Is bitcoin a good substitute for fiat money? What are some bitcoin characteristics that make it superior to fiat money?
In his book The Bitcoin Standard, economics professor Saifedean Ammous suggests that bitcoin has the necessary characteristics to become the global monetary standard. Specifically, bitcoin has what Ammous calls good “salability”—that is, the ability to transmit value.
Let’s examine bitcoin’s salability across three dimensions: scale, space, and time.
Perhaps the most important bitcoin characteristic is its scale-salability—that is, the ability to transmit value between purchases of different size. For example, maybe you sell something of great value, like a house, and then you want to use a little bit of the money from the sale to purchase something of small value, like a loaf of bread. The scale-salability of something that is used as money depends mostly on how easily divisible it is into units of different value.
Bitcoins have excellent scale-salability because they’re easily divisible in practice: The bitcoin network supports transactions as small as 0.00000001 bitcoin. So you could sell a house for 25 bitcoins and buy a loaf of bread for 0.00015 bitcoins without any trouble.
|Scalability Makes Bitcoin Succeed Where Gold Failed
In Capitalism and Freedom, Milton Friedman observes that during the globalization of the economy, precious-metal money became untenable because there wasn’t enough of it to cover all transactions. Equivalently, we could say that precious metals didn’t have adequate scale-salability, because, in theory, any quantity of sufficiently valuable money would be adequate for the global economy if it was infinitely divisible.
For example, you could sell a house for 250 ounces of gold, but you couldn’t easily buy a loaf of bread for 0.0015 ounces of gold, because this quantity of gold is too small to easily measure or keep track of. A gold coin weighing 0.0015 ounces would only be one eighth of an inch in diameter (comparable to the size of the letter “o” at normal printed text sizes) and as thick as a human hair. But bitcoin’s greater divisibility overcomes this problem.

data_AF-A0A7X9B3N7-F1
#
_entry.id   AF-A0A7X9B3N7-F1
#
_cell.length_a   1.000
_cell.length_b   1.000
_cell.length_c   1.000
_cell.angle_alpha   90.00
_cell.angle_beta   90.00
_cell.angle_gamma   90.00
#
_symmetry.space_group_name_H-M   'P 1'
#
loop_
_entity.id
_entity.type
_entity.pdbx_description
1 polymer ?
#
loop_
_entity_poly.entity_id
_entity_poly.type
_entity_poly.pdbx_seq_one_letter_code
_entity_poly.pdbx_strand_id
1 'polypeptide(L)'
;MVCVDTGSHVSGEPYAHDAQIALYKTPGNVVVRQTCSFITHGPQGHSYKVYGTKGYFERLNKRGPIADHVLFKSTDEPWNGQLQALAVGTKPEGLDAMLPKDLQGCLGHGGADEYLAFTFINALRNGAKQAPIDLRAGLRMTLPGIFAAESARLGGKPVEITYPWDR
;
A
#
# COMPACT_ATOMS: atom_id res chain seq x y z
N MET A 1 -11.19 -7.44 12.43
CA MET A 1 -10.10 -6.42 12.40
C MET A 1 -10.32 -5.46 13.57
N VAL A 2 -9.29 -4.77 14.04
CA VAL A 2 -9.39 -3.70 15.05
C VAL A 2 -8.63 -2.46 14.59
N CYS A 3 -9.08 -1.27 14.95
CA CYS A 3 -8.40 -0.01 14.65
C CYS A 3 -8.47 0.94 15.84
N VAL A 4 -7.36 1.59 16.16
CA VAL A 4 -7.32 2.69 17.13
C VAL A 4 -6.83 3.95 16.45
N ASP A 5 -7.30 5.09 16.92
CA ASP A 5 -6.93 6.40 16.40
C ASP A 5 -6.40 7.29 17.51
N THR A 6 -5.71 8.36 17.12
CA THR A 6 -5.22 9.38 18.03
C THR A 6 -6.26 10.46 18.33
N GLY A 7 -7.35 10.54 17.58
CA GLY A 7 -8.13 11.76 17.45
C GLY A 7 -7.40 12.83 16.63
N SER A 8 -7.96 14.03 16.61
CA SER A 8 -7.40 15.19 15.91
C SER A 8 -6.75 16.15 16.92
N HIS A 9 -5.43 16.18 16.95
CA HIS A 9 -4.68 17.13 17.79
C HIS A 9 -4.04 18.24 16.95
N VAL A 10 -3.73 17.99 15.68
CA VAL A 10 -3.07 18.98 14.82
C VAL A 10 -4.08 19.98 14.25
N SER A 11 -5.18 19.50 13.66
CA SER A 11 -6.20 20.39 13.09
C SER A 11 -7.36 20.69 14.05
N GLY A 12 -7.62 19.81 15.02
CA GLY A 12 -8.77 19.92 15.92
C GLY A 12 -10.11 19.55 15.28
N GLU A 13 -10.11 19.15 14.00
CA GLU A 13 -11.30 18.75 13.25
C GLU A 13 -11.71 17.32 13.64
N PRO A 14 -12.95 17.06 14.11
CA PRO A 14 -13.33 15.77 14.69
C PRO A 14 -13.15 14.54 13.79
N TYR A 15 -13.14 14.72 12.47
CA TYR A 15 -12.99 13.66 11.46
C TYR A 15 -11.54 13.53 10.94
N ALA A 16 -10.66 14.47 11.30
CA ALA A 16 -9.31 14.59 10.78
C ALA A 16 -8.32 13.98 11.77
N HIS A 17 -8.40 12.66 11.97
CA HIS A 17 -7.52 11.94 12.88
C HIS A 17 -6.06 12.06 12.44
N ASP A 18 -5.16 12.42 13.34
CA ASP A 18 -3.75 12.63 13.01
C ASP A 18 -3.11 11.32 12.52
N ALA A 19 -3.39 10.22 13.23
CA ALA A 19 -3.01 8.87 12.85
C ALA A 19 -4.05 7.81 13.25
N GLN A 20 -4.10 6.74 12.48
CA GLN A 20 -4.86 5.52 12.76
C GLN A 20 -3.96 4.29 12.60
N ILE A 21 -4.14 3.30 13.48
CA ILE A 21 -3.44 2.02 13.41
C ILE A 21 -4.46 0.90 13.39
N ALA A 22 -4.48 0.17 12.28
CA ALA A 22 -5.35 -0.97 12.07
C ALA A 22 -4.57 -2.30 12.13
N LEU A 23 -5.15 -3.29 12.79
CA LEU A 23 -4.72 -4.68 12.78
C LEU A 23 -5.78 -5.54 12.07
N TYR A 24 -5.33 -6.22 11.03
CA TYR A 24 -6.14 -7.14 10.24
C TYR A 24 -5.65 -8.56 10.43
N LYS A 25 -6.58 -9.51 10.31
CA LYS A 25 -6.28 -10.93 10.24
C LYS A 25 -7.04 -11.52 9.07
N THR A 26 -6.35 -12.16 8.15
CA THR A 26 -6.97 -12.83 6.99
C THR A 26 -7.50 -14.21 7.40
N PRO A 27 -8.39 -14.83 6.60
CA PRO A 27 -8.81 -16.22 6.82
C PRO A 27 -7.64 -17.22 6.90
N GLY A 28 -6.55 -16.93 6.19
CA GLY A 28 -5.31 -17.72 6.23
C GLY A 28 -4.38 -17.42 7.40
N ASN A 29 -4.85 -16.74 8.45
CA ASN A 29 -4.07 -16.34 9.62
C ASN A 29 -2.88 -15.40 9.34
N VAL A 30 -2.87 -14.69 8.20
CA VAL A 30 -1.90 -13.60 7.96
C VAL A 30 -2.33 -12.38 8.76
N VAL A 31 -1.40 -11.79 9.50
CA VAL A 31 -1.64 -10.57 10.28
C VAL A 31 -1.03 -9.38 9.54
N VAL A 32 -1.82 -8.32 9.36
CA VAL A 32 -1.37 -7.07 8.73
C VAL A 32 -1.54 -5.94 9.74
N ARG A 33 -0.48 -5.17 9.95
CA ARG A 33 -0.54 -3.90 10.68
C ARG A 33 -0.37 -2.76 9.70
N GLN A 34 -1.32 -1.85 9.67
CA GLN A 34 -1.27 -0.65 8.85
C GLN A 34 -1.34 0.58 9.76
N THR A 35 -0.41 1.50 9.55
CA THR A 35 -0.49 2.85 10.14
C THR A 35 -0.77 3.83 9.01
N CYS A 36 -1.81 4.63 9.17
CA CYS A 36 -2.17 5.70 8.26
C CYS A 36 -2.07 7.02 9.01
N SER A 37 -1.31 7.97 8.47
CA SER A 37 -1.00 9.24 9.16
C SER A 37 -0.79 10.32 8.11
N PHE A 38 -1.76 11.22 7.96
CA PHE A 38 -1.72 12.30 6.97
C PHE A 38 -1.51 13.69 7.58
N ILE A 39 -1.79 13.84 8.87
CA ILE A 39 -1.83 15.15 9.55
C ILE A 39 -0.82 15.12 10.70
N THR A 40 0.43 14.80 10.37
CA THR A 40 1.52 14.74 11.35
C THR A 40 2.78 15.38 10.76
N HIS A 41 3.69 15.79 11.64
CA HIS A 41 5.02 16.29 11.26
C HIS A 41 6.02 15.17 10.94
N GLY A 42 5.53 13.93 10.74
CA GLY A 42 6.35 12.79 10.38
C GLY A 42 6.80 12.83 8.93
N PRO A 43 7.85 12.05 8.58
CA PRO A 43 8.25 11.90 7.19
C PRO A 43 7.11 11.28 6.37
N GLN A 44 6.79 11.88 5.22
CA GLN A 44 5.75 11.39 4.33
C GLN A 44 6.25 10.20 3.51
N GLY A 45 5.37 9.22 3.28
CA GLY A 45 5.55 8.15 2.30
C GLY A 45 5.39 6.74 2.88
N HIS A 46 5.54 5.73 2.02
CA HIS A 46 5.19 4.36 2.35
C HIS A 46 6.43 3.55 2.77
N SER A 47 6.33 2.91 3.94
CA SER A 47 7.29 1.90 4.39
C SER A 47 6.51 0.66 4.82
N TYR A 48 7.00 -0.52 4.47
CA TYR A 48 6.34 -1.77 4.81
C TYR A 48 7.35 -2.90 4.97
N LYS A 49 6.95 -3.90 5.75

The space-salability of something is its ability to transmit value over geographical distances. For example, maybe you want to sell a house in New York and buy one in Colorado. If your buyer offered to pay in either gold or cattle (both of which Ammous notes have historically been used as money), it would be much easier to carry 250 gold coins with you across the country than to transport 250 head of cattle. As such, gold has much better space-salability than cattle.
Bitcoins have excellent space-salability because they only exist as entries in a digital ledger, which is stored redundantly on many “nodes” throughout the world and accessed via the internet. So you can access your bitcoins from anywhere in the world, provided you can connect to the internet.